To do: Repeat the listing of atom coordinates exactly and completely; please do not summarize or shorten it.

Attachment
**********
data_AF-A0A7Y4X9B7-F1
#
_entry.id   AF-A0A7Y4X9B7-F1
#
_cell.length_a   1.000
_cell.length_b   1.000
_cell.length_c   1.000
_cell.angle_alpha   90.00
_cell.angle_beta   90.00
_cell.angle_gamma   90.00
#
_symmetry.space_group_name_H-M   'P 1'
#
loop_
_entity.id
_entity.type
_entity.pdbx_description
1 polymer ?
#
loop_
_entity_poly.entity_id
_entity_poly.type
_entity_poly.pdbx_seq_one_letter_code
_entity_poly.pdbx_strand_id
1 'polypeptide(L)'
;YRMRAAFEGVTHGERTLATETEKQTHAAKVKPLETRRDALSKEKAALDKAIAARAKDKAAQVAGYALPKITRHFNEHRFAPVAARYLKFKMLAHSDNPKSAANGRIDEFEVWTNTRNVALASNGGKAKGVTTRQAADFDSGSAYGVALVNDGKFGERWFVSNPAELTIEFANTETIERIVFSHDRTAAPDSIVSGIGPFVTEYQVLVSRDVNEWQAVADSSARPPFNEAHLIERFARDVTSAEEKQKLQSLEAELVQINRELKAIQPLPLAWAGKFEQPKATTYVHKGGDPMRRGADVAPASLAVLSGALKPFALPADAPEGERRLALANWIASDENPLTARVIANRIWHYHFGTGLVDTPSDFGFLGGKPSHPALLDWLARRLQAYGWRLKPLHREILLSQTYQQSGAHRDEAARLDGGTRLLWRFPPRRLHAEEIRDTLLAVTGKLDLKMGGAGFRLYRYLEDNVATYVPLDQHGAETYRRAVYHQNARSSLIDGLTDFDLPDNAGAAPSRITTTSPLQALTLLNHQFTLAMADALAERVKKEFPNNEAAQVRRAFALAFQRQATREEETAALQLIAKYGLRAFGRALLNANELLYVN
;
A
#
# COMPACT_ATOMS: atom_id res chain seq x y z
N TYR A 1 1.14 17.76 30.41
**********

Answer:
data_AF-A0A7Y4X9B7-F1
#
_entry.id   AF-A0A7Y4X9B7-F1
#
_cell.length_a   1.000
_cell.length_b   1.000
_cell.length_c   1.000
_cell.angle_alpha   90.00
_cell.angle_beta   90.00
_cell.angle_gamma   90.00
#
_symmetry.space_group_name_H-M   'P 1'
#
loop_
_entity.id
_entity.type
_entity.pdbx_description
1 polymer ?
#
loop_
_entity_poly.entity_id
_entity_poly.type
_entity_poly.pdbx_seq_one_letter_code
_entity_poly.pdbx_strand_id
1 'polypeptide(L)'
;YRMRAAFEGVTHGERTLATETEKQTHAAKVKPLETRRDALSKEKAALDKAIAARAKDKAAQVAGYALPKITRHFNEHRFAPVAARYLKFKMLAHSDNPKSAANGRIDEFEVWTNTRNVALASNGGKAKGVTTRQAADFDSGSAYGVALVNDGKFGERWFVSNPAELTIEFANTETIERIVFSHDRTAAPDSIVSGIGPFVTEYQVLVSRDVNEWQAVADSSARPPFNEAHLIERFARDVTSAEEKQKLQSLEAELVQINRELKAIQPLPLAWAGKFEQPKATTYVHKGGDPMRRGADVAPASLAVLSGALKPFALPADAPEGERRLALANWIASDENPLTARVIANRIWHYHFGTGLVDTPSDFGFLGGKPSHPALLDWLARRLQAYGWRLKPLHREILLSQTYQQSGAHRDEAARLDGGTRLLWRFPPRRLHAEEIRDTLLAVTGKLDLKMGGAGFRLYRYLEDNVATYVPLDQHGAETYRRAVYHQNARSSLIDGLTDFDLPDNAGAAPSRITTTSPLQALTLLNHQFTLAMADALAERVKKEFPNNEAAQVRRAFALAFQRQATREEETAALQLIAKYGLRAFGRALLNANELLYVN
;
A
#
# COMPACT_ATOMS: atom_id res chain seq x y z
N TYR A 1 1.14 17.76 30.41